It’s the end of November. Five days of classes remain before finals. It’s cold enough that I need to consistently wear socks. Eww.
Seems like a good time for some nostalgia to kick in. Last week, pretty much everything mentioned in my International Agricultural Development lectures reminded me of something from Zambia. One of the topics we were discussing was human capital. This isn’t relevant to the rest of the post, but I think it’s worth repeating whenever the opportunity arises: the most powerful form of capital any country has is its people. Every country is asset rich, and the goal of development should be to give individuals the opportunity to access their full potential.
Back to stress/lecture/November/sock induced nostalgia.
Quite a few people have asked me when they’re going to get to see pictures from my placement. Most people asked in September, which conveniently is when I intended to write this post before forgetting about it entirely. For some reason it didn’t occur to me that people would want to see said pictures. Unfortunately geography doesn’t allow me to invite everyone who wants to see pictures to sit in my living room and drink tea and look through them with me. Though that sounds lovely. So instead I’m posting some here.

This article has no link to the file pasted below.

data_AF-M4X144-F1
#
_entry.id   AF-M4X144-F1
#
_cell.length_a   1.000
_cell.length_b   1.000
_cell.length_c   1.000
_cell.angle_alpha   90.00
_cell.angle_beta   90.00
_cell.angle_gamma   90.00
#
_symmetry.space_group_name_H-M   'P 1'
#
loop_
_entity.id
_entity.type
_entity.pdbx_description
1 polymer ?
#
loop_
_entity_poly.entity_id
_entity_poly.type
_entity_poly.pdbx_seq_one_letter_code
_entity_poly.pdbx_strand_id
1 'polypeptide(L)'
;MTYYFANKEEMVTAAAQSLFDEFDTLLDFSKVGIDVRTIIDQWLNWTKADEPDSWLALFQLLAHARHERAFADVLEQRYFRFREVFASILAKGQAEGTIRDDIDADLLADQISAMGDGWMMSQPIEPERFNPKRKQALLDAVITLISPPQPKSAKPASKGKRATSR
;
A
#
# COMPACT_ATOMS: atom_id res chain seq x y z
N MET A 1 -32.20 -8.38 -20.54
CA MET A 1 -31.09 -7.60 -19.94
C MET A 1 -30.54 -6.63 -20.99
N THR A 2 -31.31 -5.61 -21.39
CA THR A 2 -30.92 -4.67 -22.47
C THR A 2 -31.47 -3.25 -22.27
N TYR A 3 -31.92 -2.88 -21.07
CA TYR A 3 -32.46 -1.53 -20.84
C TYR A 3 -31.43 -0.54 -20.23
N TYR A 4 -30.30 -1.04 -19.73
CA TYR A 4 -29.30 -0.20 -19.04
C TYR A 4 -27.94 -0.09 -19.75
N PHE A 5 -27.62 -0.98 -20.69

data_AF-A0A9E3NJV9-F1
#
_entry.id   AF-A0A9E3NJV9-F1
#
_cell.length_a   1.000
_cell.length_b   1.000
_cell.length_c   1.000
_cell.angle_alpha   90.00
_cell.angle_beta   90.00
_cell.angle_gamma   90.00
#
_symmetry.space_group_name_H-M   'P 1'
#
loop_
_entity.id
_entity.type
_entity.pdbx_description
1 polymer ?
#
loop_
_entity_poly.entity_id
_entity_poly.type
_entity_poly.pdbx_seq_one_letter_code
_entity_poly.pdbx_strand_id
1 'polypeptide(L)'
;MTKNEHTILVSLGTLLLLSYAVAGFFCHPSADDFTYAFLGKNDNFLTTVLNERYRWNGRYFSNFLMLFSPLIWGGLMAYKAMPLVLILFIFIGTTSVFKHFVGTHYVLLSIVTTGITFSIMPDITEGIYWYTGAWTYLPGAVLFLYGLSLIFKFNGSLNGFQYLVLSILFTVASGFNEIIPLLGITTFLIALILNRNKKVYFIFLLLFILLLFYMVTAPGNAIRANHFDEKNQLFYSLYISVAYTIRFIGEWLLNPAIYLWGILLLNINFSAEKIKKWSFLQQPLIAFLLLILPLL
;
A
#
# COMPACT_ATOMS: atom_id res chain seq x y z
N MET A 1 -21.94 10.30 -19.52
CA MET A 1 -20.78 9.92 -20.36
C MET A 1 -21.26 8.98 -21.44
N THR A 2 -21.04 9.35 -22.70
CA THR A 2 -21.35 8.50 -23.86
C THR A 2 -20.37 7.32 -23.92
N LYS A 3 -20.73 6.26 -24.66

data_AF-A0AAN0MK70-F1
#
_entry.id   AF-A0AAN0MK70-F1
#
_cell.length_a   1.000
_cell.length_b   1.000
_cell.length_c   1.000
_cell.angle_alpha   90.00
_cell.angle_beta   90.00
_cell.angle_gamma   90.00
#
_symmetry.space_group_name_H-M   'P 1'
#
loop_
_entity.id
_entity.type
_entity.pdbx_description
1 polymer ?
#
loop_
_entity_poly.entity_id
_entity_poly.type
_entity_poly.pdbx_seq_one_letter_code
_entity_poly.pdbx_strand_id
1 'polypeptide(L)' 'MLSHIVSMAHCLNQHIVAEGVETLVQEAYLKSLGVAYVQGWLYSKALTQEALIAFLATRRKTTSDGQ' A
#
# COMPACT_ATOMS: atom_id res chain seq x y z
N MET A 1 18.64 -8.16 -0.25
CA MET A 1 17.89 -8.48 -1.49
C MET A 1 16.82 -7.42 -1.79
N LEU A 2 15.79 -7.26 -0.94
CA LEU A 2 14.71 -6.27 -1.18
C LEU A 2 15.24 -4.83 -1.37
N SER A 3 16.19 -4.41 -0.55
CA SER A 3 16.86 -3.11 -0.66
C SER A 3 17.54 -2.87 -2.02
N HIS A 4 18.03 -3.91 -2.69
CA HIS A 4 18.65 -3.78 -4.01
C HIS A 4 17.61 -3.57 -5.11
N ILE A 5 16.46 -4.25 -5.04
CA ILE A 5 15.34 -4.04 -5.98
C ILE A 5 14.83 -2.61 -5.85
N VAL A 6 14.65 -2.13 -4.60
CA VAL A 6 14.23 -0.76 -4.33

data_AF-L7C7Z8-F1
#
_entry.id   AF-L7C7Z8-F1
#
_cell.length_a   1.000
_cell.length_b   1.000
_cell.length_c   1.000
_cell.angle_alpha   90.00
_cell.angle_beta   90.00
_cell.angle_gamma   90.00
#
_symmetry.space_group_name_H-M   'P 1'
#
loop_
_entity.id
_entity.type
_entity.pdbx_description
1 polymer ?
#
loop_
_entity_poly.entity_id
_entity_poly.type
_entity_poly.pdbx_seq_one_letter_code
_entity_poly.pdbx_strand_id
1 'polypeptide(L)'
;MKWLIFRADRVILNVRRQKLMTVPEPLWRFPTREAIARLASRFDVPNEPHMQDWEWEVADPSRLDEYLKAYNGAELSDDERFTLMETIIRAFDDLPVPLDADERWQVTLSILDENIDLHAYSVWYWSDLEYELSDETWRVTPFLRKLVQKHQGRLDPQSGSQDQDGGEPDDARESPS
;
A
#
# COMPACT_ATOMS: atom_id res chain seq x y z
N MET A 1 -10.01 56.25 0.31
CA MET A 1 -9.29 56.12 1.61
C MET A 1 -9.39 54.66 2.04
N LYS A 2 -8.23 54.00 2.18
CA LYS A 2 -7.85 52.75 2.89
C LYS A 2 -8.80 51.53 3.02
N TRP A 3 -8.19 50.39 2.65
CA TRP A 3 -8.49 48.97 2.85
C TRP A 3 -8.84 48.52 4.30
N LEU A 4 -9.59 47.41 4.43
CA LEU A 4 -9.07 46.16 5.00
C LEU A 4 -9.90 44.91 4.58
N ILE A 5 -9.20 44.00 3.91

I attempted to cull through the pictures from the summer for the highlights. It was hard. Hard to the point of unsuccessful.
Since I didn’t manage to get the album down to a reasonable size, I decided to attempt some form of loose curation. That also didn’t go very well. But if you want to look at pictures, deal with it. Sorry.
There are 5 sets, 15-30ish pictures a piece, each with a loose theme. There is an obvious, and somewhat unavoidable bias towards pictures from touristy things, simply because you tend to take more pictures in one day on a trip than in one month at work. It’s just how things go. I’d also like to mention that besides the “Work” and “Home” albums, almost all of the pictures were taken by others–I stole a lot of pictures from Eric and Nicole, and the rafting pictures were done by the company.
So, enough of this unnecessary rambling. Here you go: